DDPCR was first described by Liang and Pardee.2 In this technique (figure1), cDNA is synthesized by reverse transcription from the two RNA populations to be compared using an oligo(dT) primer to the poly(A) tail of the mRNA. PCR amplification is then performed using an anchored primer to the poly(A) tail and an arbitrary 5 primer. The PCR amplification produces DNA fragments of lengths that vary depending on the position at which the arbitrary primer bound the cDNA. The DNA fragments are then fractionated on a DNA sequencing gel, forming a fingerprint specific for the mRNA population studied. When the fingerprints of the two populations are run side by side, differences in gene expression will be indicated by the presence or absence of bands in one lane compared to the other. The differentially expressed DNA fragments may then be excised, amplified, cloned and sequenced, potentially identifying genes with increased or decreased expression in the two RNA populations. By using a number of different anchored 3 and arbitrary 5 primers in a range of combinations, RNA fingerprints can be produced that represent up to 90% of the mRNA population.3

Using the CastAway System for DDPCR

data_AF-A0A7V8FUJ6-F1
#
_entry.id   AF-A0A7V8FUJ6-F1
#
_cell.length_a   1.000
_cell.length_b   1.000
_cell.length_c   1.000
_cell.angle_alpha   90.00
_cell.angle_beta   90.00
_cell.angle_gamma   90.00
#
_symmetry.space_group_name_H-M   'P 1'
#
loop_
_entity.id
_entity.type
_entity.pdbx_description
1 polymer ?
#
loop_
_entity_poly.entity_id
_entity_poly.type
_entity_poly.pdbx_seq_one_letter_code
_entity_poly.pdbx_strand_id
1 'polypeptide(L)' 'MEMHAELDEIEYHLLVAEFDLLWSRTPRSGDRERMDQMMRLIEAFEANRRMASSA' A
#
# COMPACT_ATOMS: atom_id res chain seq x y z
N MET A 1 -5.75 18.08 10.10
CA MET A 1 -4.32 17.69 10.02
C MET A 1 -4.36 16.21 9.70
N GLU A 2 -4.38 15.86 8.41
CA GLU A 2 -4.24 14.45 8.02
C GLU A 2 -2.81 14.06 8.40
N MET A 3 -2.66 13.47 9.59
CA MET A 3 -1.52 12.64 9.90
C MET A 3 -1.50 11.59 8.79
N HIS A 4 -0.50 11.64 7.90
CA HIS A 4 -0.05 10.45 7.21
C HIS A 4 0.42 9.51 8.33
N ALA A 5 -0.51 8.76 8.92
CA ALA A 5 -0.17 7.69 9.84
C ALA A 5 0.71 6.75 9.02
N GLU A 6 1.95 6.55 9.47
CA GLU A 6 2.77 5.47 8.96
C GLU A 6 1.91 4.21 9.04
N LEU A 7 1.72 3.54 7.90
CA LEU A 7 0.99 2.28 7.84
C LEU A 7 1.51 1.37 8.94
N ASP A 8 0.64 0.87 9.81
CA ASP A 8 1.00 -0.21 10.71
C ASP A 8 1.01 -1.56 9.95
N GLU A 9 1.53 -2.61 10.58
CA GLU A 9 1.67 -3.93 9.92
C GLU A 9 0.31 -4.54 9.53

The success of the DDPCR procedure depends on the reproducibility and clarity of the sequencing gels used to compare the DNA fingerprints. Conventional sequencing, which uses manually poured gels, is labor-intensive and prone to problems, such as air bubbles and poor acrylamide polymerization. Because CastAway gels are provided polymerized, the time required to prepare the denaturing polyacrylamide gel for fractionating the DNA fingerprint is dramatically reduced. Moreover, the CastAway precast gels are only 0.25-mm thick, allowing them to be run faster than conventional gels and improving band resolution. With the thin nature of the CastAway gels, bands up to 2 kb in length can be resolved. Increasing the size of the DNA fragments that can be identified is of particular importance to DDPCR as the DNA fragments are biased toward the 3 end of the initial mRNA due to the anchored 3 primer. Larger DNA fragments are more likely to contain coding sequence for the differentially expressed gene of interest, whereas DNA fragments of less than 500 bp may contain only 3-untranslated sequences, making identification of the gene difficult.